Though I hate being on Zoom all day just as much as the next guy, this was a refreshingly creative break from the usual soul-crushing nature of staring at a screen.
Kate Stark plays Marnie, the child actor moved to stay in the entertainment biz through voice acting, and Megan Wesner plays Raven, the interviewer. There was a little bit of a surreal quality to the setup of the play, a pre-written interview between fictional characters delivered through a computer screen to an invisible audience. This feeling of layered disconnection fit well with the subject, though, as Raven interviews a woman miles and years away from her days on set, but whose mentality through adulthood has been shaped by that period. It makes us wonder which parts of our lives can outlast time; how much control we have over such an assignment of importance. Will all our actions made to establish our evolving character be fruitful, or will some long-dead part of ourselves always surpass new identities?
I’m speculating, but it felt like Marnie was inspired by Mara Wilson, the actress who played the title character Matilda in the movie adaptation of Roald Dahl’s novel. Since her childhood acting days, she’s moved on to podcasts and writing, far more removed from the limelight and everything that comes with it. While feelings of burnout and disillusionment are common amongst child actors after they grow up, Wilson is particularly similar to Marnie in how down-to-earth she is in interviews, seemingly well-adjusted with just a slight hint of neurosis. Both explore the idea of what it means to be part of the public domain, particularly at a young age; to be discussed in invasive detail by strangers who cannot see the person behind the character.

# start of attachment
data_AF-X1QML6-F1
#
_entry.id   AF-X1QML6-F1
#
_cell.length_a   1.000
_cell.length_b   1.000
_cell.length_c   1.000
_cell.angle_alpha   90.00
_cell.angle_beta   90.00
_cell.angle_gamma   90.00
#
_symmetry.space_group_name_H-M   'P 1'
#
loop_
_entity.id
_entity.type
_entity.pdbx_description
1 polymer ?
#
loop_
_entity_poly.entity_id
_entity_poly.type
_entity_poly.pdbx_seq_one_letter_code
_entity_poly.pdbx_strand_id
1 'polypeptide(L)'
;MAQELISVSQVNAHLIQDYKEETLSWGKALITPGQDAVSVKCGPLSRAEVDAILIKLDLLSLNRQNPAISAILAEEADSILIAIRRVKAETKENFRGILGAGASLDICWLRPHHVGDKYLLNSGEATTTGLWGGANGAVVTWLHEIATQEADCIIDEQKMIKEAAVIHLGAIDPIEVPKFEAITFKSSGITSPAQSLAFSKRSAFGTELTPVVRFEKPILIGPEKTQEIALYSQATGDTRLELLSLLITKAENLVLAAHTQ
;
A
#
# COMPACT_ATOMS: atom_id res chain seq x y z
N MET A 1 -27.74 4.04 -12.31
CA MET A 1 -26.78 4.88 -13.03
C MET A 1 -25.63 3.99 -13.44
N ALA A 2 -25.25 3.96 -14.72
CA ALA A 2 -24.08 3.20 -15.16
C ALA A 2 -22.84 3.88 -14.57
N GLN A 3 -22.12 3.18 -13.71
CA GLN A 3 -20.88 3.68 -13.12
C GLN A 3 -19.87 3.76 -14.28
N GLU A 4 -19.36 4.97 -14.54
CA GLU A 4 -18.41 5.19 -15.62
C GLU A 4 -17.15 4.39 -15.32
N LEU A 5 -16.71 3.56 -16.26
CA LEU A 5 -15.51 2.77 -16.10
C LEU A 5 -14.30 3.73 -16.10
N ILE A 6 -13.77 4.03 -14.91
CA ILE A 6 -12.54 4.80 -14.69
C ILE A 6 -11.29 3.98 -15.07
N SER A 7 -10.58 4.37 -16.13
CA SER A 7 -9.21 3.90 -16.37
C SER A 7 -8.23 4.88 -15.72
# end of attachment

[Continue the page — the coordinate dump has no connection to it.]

Between both the real and fictional ex-child actors, there is an understanding that one’s relationship with the world changes with early fame and adoration and the up-close nature of strangers’ perceptions of oneself. Acting can be a consumer of identity, but it may also create it. It’s a hard business to leave, being so emotionally and literally enveloping, and it can distort one’s relationships, need for approval, maybe even their sense of reality.
The interview with Marnie followed these sentiments, elevating them to extremes, but not to unrealistic heights.
Performance is both a creative expression and a lie; it builds up some character or version of something beyond oneself. Putting on a costume and makeup and a new voice and foreign mannerisms can occur anywhere from a TV set to a board meeting. It’s happening now as I write this, as I impersonate a deep-thinking intellectual with thoughts on The Psyche. Imposterism permeates the mind, and it never really leaves.
And both when the act of performance is recognized as fiction or accepted as a truthful depiction, it can affect one’s presentation of themselves, their understanding of and comfort with other people. Marnie’s discussion works to define a dissociative disorder amplified by the actor’s need to project inhuman versatility, and the creative’s need to continuously create.